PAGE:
March 7, 2012

NFL Notebook: Report says Colts decide to end Peyton Manning's stay

The Associated Press

INDIANAPOLIS — The Peyton Manning era in Indianapolis is expected to end today, according to a report.

Peyton Manning
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Peyton Manning may be saying goodbye to the Colts today, according to a report by ESPN. He has played 13 seasons for Indianapolis.

The Associated Press

Citing anonymous sources, ESPN reported Tuesday that the Colts plan to hold a news conference to announce the long-expected decision. Manning and team owner Jim Irsay are expected to attend, the network said.

Colts spokesman Avis Roper said he could not confirm the decision – or that a news conference would be held today – because Irsay was out of town and could not be reached for comment. Neither Irsay nor Manning's agent, Tom Condon, responded immediately to messages left by The Associated Press.

Manning has said in the past that all he wanted to do was finish his career in a Colts uniform, but an injured neck forced him to miss all of the 2011 season.

"I can't tell you what an honor it is to go start-to-finish with the same organization here in Indianapolis. That is something I have always wanted to do as a rookie coming out," Manning said after signing a five-year, $90 million contract in July. "Of course, you never know if that is possible, but after yesterday it is official that I will be an Indianapolis Colt for my entire career. I will not play for another team. My last down of football will be with the Colts, which means a great deal to me."

But things have changed since last summer. Now it looks like the NFL's only four-time MVP, and a former Super Bowl champion, won't be wearing No. 18 for Indy.

With a $28 million bonus payment due Thursday to Manning, his neck problems, and the fact that the Colts own the No. 1 pick in April's draft, the Colts seem to have deemed it too risky -- and too pricey -- to keep the longtime franchise quarterback, who will turn 36 later this month.

The twists and turns of a public debate between Manning and Irsay, who have been friends for more than a decade, created the sense the two had been fighting. Irsay twice issued statements to deny a rift.

Still, with the Colts in full rebuilding mode, Irsay has been expected by many to play for the future and let Manning try to chase a second Super Bowl ring somewhere else.

The Colts are expected to take Stanford quarterback Andrew Luck with the first pick in April's draft.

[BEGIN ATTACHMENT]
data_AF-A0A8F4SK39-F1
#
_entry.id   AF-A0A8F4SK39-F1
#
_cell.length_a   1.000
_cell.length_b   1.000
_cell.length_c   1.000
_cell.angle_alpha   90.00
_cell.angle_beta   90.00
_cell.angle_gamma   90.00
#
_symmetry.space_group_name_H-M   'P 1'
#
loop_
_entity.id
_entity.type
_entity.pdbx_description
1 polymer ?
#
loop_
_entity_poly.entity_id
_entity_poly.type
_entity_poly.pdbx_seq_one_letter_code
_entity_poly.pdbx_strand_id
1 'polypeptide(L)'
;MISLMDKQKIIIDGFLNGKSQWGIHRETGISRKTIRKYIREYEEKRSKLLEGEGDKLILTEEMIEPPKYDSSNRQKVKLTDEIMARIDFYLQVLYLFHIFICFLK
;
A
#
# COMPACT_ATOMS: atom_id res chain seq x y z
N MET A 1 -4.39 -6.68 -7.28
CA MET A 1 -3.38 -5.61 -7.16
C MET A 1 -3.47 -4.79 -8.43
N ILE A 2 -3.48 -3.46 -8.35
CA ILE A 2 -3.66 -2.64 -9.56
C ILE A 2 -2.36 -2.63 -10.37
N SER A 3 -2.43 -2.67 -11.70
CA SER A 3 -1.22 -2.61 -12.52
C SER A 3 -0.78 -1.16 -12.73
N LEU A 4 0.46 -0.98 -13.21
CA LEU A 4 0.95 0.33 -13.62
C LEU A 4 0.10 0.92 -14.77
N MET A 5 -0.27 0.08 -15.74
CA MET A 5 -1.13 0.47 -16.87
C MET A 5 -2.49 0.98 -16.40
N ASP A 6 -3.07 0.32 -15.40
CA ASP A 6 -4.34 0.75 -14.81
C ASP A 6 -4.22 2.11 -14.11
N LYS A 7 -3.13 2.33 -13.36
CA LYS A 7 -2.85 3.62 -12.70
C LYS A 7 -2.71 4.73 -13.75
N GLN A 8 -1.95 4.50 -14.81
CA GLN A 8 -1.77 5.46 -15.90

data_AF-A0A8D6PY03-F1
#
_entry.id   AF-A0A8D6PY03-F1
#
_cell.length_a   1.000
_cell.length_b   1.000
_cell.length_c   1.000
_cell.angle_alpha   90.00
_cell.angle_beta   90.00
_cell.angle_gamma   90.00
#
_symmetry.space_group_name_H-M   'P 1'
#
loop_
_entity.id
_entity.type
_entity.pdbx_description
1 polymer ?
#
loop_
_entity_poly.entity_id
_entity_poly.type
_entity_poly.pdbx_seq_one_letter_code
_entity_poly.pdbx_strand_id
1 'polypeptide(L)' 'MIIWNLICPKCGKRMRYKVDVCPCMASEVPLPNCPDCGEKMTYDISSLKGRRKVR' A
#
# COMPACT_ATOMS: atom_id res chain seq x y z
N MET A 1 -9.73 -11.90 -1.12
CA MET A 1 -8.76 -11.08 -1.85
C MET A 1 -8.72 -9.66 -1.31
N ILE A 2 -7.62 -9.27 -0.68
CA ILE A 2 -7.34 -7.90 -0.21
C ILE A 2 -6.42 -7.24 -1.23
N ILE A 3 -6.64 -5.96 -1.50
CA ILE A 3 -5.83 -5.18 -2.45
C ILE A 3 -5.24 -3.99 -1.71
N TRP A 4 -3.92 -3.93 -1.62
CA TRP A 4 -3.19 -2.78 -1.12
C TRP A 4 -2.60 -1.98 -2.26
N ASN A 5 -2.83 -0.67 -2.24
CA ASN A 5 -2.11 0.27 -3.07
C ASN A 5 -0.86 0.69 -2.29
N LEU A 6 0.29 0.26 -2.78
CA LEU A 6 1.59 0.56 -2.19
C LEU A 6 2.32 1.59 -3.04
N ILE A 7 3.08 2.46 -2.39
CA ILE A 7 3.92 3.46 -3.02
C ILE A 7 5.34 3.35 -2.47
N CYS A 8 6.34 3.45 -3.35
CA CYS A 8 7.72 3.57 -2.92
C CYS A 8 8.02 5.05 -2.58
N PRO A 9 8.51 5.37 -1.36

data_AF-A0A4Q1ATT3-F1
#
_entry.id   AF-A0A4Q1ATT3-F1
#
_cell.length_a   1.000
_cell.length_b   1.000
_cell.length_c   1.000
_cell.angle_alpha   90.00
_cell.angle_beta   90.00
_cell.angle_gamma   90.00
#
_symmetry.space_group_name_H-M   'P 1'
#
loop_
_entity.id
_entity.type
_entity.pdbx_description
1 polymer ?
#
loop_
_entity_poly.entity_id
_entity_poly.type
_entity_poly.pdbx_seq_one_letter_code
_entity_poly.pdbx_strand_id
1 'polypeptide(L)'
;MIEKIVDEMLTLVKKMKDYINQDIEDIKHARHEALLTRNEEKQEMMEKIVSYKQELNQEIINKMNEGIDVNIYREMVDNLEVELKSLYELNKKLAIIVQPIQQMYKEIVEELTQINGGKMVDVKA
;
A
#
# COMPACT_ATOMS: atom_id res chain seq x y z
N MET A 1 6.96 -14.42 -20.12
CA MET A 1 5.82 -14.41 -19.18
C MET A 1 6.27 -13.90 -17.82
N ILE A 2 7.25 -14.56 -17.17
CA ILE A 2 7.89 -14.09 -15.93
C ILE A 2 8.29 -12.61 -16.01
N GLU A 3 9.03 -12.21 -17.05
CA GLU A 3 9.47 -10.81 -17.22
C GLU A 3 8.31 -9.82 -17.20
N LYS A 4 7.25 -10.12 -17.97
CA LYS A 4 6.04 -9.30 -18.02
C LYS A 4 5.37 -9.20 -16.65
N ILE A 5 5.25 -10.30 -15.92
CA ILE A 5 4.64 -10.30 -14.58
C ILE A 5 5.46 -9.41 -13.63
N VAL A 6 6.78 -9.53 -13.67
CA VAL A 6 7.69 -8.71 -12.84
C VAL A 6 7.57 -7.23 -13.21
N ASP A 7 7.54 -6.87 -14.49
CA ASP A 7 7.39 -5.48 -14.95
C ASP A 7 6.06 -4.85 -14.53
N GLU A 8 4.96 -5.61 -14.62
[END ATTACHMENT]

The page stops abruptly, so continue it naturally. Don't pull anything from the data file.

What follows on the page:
Manning's impending departure marks the end of a remarkably successful era that included the 2006 league title.

He started every meaningful game for 13 seasons in Indy, 227 straight including the playoffs, and took the Colts from perennial also-ran to one of the NFL's model franchises.

The question is where might Manning land if he is no longer a Colt.

Arizona, Miami, Tennessee and the New York Jets have all been rumored as possible spots, and Manning's former longtime offensive coordinator Tom Moore did work with the Jets as a consultant less season.

 

49ERS: San Francisco signed free-agent safety and special teams standout C.J. Spillman to a three-year contract extension that takes him through the 2014 season, another move to keep the secondary intact for the reigning NFC West champions.

 

SAINTS: Coach Sean Payton and GM Mickey Loomis have taken "full responsibility" for the bounty program run by former assistant coach Gregg Williams.

In a statement, Payton and Loomis admit violations of league rules "happened under our watch." They also promised it would never happen again.

Payton and Loomis say Saints owner Tom Benson "had nothing to do" with the bounty pool.

The league's investigation found that Benson told Loomis to stop the bounty program once the NFL alerted the owner about it, but Loomis did not act. The NFL also said Payton was aware of the program and did nothing to stop it.

Williams now is defensive coordinator for the St. Louis Rams. He met with NFL security officials on Monday as the league continues investigating the bounties.

The Saints held a workout with veteran receiver Randy Moss, who is trying to make a comeback after spending a year out of pro football.

Loomis confirmed the workout took place, but the club did not provide any details on how the 35-year-old Moss performed.

New Orleans may be in the market for a receiver this offseason because two of quarterback Drew Brees' regular targets, Marques Colston and Robert Meachem, are entering free agency, and it remains to be seen whether the Saints can offer the type of contracts that both of them want.

 

CHIEFS: Kansas City released veteran linebacker Demorrio Williams, saving the franchise about $2 million in salary cap space before the start of free agency.

 

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